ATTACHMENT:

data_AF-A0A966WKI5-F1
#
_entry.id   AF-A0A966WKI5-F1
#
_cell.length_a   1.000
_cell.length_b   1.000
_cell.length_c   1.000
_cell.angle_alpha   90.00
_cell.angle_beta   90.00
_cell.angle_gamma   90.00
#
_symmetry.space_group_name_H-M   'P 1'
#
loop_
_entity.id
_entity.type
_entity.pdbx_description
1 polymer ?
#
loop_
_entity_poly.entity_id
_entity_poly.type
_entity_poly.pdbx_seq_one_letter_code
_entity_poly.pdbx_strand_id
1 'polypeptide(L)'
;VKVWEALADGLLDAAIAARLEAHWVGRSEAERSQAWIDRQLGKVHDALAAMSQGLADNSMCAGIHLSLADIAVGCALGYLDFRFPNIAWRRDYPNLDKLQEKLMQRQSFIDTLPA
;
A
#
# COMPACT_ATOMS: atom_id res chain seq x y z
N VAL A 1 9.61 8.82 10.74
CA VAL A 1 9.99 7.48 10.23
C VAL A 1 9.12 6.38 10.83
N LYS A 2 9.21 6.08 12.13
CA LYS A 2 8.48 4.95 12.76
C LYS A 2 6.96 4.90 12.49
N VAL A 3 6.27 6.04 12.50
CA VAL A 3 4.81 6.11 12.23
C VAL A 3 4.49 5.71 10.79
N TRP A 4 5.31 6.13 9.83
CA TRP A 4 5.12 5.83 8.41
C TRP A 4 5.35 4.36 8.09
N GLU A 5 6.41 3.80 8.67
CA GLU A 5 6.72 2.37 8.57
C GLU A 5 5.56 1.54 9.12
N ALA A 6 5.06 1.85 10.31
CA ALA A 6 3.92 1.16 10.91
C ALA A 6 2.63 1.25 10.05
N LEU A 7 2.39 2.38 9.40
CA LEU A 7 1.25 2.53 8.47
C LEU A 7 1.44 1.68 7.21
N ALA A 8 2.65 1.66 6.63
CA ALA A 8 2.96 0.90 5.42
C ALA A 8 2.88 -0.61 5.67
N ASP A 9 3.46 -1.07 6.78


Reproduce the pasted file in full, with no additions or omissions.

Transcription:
data_AF-A0A966WKI5-F1
#
_entry.id   AF-A0A966WKI5-F1
#
_cell.length_a   1.000
_cell.length_b   1.000
_cell.length_c   1.000
_cell.angle_alpha   90.00
_cell.angle_beta   90.00
_cell.angle_gamma   90.00
#
_symmetry.space_group_name_H-M   'P 1'
#
loop_
_entity.id
_entity.type
_entity.pdbx_description
1 polymer ?
#
loop_
_entity_poly.entity_id
_entity_poly.type
_entity_poly.pdbx_seq_one_letter_code
_entity_poly.pdbx_strand_id
1 'polypeptide(L)'
;VKVWEALADGLLDAAIAARLEAHWVGRSEAERSQAWIDRQLGKVHDALAAMSQGLADNSMCAGIHLSLADIAVGCALGYLDFRFPNIAWRRDYPNLDKLQEKLMQRQSFIDTLPA
;
A
#
# COMPACT_ATOMS: atom_id res chain seq x y z
N VAL A 1 9.61 8.82 10.74
CA VAL A 1 9.99 7.48 10.23
C VAL A 1 9.12 6.38 10.83
N LYS A 2 9.21 6.08 12.13
CA LYS A 2 8.48 4.95 12.76
C LYS A 2 6.96 4.90 12.49
N VAL A 3 6.27 6.04 12.50
CA VAL A 3 4.81 6.11 12.23
C VAL A 3 4.49 5.71 10.79
N TRP A 4 5.31 6.13 9.83
CA TRP A 4 5.12 5.83 8.41
C TRP A 4 5.35 4.36 8.09
N GLU A 5 6.41 3.80 8.67
CA GLU A 5 6.72 2.37 8.57
C GLU A 5 5.56 1.54 9.12
N ALA A 6 5.06 1.85 10.31
CA ALA A 6 3.92 1.16 10.91
C ALA A 6 2.63 1.25 10.05
N LEU A 7 2.39 2.38 9.40
CA LEU A 7 1.25 2.53 8.47
C LEU A 7 1.44 1.68 7.21
N ALA A 8 2.65 1.66 6.63
CA ALA A 8 2.96 0.90 5.42
C ALA A 8 2.88 -0.61 5.67
N ASP A 9 3.46 -1.07 6.78